"Overblown with pomp and camp, English rock band the Darkness crashed the mainstream in the early 2000s, resurrecting classic rock & roll bombast and excess with their breakthrough debut, 2003's Permission to Land. Scoring armfuls of awards and chart records, the outfit imploded just as abruptly as they seemed to arrive, breaking up after lackluster sophomore release One Way Ticket to Hell...And Back. New bands were formed, rehab was completed, and old wounds were healed in the years that followed. The band reunited in 2011 and issued their comeback, Hot Cakes, in 2012. Subsequent 2010s efforts expanded their reliably raucous and nostalgia-indebted hard rock catalog, capturing fans with their theatrical live shows and devotion to excess and tongue-in-cheek humor. In 2019, they released their sixth full-length, Easter Is Cancelled.
Centered around irrepressible frontman Justin Hawkins (vocals/guitars/keyboards), who, along with his guitar-playing baby brother Dan, bassist Frankie Poullain, and drummer Ed Graham, single-handedly resurrected the rather unfashionable sounds and attitudes of late-'70s hard rock for an unsuspecting generation. Following the demise of an earlier, conspicuously synth pop-based outfit named Empire, the Hawkins brothers sowed the seeds of what would become the Darkness at an impromptu karaoke session on New Year's Eve 1999. Justin's rapturous rendition of Queen's ""Bohemian Rhapsody"" showed them the way, and the suitably dramatic name ""the Darkness"" was chosen shortly after the arrival of Poullain and Graham.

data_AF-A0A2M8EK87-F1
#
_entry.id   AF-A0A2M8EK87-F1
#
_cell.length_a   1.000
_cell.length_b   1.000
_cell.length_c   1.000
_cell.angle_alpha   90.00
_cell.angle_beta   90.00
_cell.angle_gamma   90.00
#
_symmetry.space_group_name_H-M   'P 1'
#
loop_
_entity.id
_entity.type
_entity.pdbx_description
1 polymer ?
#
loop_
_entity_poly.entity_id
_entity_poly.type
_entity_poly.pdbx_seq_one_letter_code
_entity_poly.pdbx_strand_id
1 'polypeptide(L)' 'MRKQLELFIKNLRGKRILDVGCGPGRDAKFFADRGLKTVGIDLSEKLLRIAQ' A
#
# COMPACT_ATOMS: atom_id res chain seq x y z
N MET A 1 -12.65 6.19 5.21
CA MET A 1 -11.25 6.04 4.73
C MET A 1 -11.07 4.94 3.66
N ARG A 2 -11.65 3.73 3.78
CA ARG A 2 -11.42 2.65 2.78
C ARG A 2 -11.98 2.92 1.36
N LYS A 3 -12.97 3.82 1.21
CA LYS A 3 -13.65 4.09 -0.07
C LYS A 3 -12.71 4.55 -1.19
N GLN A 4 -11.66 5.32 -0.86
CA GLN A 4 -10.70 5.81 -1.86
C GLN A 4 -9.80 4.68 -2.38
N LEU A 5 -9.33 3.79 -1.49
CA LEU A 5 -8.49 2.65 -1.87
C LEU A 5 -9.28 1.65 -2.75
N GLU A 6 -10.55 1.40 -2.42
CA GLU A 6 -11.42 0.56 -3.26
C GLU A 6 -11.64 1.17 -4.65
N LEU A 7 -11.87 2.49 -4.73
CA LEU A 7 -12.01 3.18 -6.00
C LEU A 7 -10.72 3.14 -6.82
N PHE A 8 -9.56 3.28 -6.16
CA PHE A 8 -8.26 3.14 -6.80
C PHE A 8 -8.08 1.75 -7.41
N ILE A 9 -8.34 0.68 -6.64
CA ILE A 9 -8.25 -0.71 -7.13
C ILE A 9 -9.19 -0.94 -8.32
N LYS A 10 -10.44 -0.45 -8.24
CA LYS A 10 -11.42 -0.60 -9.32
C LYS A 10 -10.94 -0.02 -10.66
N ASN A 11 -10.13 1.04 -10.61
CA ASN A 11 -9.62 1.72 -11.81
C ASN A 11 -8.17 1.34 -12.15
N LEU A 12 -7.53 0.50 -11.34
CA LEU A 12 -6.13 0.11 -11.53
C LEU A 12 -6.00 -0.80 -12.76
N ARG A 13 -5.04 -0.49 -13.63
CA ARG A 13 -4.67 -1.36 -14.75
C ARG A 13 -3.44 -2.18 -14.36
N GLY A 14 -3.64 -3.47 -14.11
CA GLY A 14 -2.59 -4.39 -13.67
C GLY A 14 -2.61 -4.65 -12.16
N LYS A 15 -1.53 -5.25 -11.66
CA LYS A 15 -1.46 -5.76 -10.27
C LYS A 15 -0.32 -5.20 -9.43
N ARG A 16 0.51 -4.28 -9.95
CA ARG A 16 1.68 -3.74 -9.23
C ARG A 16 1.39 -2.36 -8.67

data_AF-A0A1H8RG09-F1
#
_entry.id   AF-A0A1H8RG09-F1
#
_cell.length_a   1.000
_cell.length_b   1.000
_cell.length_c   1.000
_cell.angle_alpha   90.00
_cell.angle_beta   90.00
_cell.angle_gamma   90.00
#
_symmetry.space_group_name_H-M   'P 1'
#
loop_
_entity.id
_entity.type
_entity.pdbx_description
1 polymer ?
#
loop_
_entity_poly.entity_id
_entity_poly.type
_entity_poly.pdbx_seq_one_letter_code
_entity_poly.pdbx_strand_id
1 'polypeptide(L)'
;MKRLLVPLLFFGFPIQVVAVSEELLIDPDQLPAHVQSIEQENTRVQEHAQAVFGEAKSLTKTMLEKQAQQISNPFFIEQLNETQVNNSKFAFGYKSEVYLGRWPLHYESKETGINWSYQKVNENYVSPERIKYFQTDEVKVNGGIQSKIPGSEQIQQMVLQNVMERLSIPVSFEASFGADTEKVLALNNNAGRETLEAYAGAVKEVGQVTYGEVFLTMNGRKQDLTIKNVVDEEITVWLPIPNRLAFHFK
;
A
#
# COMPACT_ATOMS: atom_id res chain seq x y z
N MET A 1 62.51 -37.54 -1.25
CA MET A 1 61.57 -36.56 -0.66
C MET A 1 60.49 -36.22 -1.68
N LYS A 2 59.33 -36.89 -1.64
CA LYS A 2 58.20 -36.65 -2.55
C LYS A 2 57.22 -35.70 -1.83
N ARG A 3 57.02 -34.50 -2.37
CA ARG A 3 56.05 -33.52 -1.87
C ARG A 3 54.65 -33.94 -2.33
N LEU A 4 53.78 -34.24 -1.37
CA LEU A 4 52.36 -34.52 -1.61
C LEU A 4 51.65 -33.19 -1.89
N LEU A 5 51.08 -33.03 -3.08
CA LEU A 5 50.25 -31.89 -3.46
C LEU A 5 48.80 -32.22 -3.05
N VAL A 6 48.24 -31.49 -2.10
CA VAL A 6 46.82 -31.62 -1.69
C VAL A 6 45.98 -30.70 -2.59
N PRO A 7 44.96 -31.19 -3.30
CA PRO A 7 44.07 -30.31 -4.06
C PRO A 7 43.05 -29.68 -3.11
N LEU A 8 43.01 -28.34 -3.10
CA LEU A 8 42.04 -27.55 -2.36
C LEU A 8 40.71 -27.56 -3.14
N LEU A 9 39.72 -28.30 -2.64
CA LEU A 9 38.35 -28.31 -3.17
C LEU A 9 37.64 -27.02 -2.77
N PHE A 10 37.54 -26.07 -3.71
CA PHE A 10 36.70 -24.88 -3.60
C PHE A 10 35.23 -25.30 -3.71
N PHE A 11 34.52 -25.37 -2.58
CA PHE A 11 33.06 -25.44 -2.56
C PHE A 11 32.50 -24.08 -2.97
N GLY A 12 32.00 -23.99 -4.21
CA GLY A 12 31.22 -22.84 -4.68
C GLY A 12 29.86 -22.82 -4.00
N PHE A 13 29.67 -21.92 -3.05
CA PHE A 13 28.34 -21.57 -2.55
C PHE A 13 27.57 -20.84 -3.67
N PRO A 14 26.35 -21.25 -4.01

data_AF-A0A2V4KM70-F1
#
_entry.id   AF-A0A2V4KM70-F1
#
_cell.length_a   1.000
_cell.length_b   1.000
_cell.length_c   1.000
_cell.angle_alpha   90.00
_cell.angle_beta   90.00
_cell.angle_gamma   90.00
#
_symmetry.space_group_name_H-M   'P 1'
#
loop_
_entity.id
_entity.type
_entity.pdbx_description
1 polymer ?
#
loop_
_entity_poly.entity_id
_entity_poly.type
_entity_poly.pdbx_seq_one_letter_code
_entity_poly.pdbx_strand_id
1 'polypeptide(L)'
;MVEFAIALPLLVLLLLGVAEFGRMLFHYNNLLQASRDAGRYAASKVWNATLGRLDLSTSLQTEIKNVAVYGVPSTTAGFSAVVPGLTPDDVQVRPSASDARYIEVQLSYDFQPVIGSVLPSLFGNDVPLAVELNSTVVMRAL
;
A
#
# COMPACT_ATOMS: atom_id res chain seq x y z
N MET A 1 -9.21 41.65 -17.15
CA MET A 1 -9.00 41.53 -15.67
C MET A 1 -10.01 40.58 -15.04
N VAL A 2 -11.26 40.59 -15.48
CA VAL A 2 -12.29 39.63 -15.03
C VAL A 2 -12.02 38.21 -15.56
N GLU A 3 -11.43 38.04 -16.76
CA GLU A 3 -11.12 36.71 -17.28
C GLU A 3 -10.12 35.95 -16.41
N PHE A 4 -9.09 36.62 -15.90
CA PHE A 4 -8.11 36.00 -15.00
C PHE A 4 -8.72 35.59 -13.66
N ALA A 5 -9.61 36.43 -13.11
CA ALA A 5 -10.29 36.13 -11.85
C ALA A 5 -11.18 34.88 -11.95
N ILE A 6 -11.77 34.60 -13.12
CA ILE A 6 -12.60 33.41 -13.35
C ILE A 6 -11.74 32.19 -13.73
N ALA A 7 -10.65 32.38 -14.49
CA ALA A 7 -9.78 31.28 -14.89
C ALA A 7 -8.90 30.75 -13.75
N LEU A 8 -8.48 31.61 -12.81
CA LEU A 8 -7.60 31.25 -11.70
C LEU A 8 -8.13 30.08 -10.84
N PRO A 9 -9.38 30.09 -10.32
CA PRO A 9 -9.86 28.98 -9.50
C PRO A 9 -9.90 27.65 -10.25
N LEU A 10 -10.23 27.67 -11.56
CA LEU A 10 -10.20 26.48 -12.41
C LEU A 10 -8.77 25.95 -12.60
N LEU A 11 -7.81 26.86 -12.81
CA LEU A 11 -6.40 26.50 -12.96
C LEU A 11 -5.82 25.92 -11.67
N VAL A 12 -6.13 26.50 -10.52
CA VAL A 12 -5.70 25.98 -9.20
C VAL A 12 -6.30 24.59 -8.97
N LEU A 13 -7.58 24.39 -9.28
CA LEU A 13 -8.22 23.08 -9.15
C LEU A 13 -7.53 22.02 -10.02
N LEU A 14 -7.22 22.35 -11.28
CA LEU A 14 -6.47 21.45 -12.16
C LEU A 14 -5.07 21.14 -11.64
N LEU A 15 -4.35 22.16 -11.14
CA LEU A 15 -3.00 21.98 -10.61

With outrageous stage antics that included gaudy leotards stolen from Steven Tyler's wardrobe, leaps and splits borrowed from David Lee Roth, and an ear-piercing falsetto copped from Freddie Mercury himself, the multi-talented elder Hawkins led the quartet as the group spent the next two years slogging it out on London's pub circuit.